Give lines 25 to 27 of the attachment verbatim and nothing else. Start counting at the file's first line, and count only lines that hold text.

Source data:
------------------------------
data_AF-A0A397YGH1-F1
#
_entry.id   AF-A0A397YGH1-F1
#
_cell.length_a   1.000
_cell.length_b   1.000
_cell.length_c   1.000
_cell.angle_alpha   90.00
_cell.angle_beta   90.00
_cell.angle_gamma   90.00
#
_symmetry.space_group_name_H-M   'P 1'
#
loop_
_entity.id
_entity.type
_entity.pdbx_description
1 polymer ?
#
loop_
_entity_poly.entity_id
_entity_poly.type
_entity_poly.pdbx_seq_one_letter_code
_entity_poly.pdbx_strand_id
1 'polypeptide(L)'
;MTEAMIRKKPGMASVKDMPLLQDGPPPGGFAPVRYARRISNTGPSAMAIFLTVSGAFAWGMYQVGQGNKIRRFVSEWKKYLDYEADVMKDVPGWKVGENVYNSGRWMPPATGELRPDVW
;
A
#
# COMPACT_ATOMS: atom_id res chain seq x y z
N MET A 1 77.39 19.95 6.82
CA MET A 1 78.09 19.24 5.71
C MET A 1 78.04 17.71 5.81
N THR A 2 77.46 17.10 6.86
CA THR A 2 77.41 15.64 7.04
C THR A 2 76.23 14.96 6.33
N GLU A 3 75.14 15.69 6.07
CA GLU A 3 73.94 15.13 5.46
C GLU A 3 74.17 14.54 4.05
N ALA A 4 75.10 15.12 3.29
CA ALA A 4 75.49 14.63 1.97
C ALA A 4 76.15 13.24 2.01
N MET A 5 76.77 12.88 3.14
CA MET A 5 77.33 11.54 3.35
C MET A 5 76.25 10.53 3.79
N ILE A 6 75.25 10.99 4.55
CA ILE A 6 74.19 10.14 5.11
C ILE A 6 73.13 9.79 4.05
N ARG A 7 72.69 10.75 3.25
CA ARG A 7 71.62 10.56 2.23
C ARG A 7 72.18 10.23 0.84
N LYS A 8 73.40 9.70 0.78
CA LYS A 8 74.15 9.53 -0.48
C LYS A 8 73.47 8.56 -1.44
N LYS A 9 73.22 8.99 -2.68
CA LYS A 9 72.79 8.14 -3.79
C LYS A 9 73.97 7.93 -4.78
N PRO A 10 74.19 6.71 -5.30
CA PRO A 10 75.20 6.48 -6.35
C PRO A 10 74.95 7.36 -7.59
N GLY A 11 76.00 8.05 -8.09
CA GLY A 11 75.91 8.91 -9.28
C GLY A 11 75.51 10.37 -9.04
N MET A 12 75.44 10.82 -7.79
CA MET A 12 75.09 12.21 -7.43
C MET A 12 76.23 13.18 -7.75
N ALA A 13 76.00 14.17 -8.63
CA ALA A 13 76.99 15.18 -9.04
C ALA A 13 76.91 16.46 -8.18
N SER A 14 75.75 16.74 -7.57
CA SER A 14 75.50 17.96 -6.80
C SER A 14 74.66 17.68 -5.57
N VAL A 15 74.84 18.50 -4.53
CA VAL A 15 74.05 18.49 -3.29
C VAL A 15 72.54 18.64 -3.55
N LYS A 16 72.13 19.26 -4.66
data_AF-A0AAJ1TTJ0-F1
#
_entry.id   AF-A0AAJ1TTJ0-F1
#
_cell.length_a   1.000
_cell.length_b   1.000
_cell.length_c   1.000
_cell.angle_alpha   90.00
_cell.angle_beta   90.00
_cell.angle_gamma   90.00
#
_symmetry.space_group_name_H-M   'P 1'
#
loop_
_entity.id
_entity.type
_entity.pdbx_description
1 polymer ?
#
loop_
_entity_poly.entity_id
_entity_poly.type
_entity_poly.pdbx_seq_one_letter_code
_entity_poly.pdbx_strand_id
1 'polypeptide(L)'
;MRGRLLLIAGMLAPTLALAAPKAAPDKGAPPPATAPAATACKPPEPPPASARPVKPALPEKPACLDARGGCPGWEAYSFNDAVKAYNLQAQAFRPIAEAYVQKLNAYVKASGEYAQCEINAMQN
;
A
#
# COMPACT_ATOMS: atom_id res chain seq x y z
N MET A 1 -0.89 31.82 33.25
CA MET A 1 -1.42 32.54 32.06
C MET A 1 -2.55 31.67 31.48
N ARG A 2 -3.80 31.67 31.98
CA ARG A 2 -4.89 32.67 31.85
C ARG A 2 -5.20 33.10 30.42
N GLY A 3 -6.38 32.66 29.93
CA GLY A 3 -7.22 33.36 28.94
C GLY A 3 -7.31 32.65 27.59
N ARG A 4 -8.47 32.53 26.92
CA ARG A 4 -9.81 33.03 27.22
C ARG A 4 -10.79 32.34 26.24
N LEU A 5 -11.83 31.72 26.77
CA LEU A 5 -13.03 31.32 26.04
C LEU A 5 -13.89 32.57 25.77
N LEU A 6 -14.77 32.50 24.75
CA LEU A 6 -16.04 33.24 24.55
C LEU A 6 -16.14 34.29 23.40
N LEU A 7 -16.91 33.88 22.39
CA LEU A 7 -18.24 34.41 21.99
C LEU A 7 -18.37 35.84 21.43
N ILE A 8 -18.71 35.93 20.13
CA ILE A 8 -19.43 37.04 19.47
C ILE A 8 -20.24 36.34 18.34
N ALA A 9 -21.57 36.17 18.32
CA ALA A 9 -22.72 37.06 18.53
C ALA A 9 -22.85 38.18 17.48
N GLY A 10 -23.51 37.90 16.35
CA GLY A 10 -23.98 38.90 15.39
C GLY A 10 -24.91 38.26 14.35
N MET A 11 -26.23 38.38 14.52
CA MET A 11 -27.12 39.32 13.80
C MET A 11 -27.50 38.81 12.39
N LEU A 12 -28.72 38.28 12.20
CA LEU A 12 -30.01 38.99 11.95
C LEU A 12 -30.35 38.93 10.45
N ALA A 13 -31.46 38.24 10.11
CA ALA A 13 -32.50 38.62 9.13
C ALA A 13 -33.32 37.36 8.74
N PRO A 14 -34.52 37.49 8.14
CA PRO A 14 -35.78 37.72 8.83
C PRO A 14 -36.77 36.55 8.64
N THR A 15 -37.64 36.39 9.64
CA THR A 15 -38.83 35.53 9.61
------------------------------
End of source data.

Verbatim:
1 'polypeptide(L)'
;MTEAMIRKKPGMASVKDMPLLQDGPPPGGFAPVRYARRISNTGPSAMAIFLTVSGAFAWGMYQVGQGNKIRRFVSEWKKYLDYEADVMKDVPGWKVGENVYNSGRWMPPATGELRPDVW
;